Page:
They will take part in a points-based jockeys' challenge alongside seven male riders including Frankie Dettori across four races on February 28, the day before the $20,000,000 Saudi Cup.
While other equestrian sports have long been open to both sexes, this nonetheless represents a notable development in a country that has been heavily criticised over its record on women's rights.
Organisers have spoken of Saudi Arabia undergoing a transformation and view the jockeys' challenge as a reflection of the country's Vision 2030, a list of targets that includes increased sporting participation among the nation's young people.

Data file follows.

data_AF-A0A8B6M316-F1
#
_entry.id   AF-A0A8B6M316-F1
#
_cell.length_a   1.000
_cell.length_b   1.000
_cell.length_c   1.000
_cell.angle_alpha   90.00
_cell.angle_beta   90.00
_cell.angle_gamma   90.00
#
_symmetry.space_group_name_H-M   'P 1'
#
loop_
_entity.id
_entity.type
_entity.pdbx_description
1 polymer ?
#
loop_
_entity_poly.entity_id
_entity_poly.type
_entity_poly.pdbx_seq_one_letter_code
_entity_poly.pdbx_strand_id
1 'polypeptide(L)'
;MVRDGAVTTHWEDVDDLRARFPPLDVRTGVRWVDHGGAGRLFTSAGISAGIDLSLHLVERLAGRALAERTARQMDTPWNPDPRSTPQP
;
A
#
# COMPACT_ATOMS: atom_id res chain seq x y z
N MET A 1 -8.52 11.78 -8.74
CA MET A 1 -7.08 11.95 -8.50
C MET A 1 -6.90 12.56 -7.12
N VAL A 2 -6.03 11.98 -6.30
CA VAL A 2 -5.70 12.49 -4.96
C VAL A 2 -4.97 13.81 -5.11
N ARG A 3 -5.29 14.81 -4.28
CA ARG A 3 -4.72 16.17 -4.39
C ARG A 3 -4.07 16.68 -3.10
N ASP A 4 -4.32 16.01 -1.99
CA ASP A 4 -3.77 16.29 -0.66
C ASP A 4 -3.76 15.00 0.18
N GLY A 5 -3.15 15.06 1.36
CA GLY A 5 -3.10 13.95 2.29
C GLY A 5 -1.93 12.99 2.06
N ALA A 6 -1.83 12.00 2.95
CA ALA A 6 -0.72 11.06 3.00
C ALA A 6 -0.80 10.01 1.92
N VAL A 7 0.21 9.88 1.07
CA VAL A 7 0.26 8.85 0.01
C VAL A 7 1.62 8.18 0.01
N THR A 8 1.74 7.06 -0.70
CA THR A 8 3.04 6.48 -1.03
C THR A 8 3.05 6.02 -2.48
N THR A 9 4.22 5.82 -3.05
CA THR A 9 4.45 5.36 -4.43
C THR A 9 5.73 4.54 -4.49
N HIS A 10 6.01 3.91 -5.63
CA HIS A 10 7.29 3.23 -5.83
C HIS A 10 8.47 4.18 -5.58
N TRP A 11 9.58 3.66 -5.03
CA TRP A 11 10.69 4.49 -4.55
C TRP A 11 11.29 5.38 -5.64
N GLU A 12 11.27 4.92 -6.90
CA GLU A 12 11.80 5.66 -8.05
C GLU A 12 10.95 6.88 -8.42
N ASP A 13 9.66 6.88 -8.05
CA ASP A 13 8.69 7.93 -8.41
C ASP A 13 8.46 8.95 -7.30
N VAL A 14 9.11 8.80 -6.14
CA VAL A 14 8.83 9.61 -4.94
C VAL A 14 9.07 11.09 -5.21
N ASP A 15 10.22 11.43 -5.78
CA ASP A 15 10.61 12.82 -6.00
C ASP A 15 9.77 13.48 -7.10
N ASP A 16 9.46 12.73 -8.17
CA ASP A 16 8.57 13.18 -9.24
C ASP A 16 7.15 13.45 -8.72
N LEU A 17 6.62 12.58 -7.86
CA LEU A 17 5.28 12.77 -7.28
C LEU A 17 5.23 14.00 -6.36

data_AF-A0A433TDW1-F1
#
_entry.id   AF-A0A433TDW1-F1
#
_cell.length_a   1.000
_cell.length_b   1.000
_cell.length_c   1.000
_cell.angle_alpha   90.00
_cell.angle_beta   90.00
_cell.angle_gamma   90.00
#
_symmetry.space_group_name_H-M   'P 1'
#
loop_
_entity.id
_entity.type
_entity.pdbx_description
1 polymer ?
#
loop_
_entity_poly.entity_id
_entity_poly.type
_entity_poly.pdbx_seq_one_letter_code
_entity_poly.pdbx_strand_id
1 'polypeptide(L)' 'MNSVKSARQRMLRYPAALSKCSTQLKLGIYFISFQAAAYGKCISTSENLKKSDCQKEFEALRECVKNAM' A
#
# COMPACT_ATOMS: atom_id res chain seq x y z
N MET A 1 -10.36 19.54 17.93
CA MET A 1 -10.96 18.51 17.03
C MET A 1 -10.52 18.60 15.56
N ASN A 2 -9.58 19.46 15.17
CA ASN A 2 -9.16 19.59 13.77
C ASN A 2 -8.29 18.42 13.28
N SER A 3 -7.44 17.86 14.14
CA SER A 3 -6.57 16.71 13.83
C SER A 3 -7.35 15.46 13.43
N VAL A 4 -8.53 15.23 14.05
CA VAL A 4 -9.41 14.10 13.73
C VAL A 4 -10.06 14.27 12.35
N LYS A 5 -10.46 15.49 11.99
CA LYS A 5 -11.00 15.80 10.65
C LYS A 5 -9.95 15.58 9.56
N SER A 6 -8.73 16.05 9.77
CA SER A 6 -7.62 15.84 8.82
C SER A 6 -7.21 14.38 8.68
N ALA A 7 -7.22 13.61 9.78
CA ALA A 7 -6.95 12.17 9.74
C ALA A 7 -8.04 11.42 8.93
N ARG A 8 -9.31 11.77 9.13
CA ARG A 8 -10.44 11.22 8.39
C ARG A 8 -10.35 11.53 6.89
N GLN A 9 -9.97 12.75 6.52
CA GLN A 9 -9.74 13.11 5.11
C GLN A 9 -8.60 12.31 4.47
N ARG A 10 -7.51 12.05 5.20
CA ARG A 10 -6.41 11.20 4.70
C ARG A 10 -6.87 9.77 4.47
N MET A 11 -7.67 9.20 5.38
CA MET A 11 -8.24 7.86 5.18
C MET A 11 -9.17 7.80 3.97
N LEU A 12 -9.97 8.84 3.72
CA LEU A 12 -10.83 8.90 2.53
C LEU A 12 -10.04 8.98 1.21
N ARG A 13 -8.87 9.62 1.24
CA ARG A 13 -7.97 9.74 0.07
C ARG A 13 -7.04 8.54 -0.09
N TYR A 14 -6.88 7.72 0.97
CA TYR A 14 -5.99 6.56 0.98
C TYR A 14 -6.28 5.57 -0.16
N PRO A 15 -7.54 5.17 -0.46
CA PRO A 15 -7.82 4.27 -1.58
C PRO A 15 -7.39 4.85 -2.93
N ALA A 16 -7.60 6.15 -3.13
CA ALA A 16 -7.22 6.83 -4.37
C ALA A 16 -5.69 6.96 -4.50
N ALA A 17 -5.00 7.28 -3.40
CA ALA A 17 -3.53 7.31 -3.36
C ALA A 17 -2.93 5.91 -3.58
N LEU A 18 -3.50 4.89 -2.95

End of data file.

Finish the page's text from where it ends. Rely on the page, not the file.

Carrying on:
"We're delighted to welcome some of the best jockeys in the business to compete," said Prince Bandar bin Khalid Al Faisal, chairman of the Jockey Club of Saudi Arabia.
"Racing routinely sees male and female riders compete on a level playing field and we are proud to continue this great tradition at King Abdulaziz Racecourse during Saudi Cup weekend."
The jockeys will be assigned locally trained horses through a draw on February 25 and will earn points individually depending on their finishing position as they bid to be crowned champion jockey.